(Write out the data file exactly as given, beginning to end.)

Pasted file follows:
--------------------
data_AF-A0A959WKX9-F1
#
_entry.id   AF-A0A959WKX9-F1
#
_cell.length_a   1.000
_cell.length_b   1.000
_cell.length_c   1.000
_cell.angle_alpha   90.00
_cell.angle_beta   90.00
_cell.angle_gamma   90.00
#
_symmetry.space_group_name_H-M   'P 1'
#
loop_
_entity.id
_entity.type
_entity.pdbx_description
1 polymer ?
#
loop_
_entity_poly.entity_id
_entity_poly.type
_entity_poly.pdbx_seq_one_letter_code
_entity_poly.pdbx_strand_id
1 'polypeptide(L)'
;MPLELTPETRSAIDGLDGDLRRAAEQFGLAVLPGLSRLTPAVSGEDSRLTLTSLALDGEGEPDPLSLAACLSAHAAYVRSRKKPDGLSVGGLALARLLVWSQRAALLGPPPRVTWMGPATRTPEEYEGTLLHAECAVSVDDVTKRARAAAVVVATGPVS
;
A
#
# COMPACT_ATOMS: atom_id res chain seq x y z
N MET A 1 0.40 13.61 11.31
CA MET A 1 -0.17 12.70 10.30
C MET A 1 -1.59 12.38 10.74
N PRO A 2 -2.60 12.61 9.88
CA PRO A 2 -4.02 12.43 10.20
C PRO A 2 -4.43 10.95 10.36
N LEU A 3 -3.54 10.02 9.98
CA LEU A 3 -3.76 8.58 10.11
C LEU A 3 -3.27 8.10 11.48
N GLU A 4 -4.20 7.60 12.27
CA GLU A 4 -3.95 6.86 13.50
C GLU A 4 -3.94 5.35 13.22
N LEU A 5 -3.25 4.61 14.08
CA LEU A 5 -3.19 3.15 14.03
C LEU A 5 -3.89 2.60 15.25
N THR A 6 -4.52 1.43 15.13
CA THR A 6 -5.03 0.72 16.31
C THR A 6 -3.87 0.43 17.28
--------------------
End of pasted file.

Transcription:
data_AF-A0A959WKX9-F1
#
_entry.id   AF-A0A959WKX9-F1
#
_cell.length_a   1.000
_cell.length_b   1.000
_cell.length_c   1.000
_cell.angle_alpha   90.00
_cell.angle_beta   90.00
_cell.angle_gamma   90.00
#
_symmetry.space_group_name_H-M   'P 1'
#
loop_
_entity.id
_entity.type
_entity.pdbx_description
1 polymer ?
#
loop_
_entity_poly.entity_id
_entity_poly.type
_entity_poly.pdbx_seq_one_letter_code
_entity_poly.pdbx_strand_id
1 'polypeptide(L)'
;MPLELTPETRSAIDGLDGDLRRAAEQFGLAVLPGLSRLTPAVSGEDSRLTLTSLALDGEGEPDPLSLAACLSAHAAYVRSRKKPDGLSVGGLALARLLVWSQRAALLGPPPRVTWMGPATRTPEEYEGTLLHAECAVSVDDVTKRARAAAVVVATGPVS
;
A
#
# COMPACT_ATOMS: atom_id res chain seq x y z
N MET A 1 0.40 13.61 11.31
CA MET A 1 -0.17 12.70 10.30
C MET A 1 -1.59 12.38 10.74
N PRO A 2 -2.60 12.61 9.88
CA PRO A 2 -4.02 12.43 10.20
C PRO A 2 -4.43 10.95 10.36
N LEU A 3 -3.54 10.02 9.98
CA LEU A 3 -3.76 8.58 10.11
C LEU A 3 -3.27 8.10 11.48
N GLU A 4 -4.20 7.60 12.27
CA GLU A 4 -3.95 6.86 13.50
C GLU A 4 -3.94 5.35 13.22
N LEU A 5 -3.25 4.61 14.08
CA LEU A 5 -3.19 3.15 14.03
C LEU A 5 -3.89 2.60 15.25
N THR A 6 -4.52 1.43 15.13
CA THR A 6 -5.03 0.72 16.31
C THR A 6 -3.87 0.43 17.28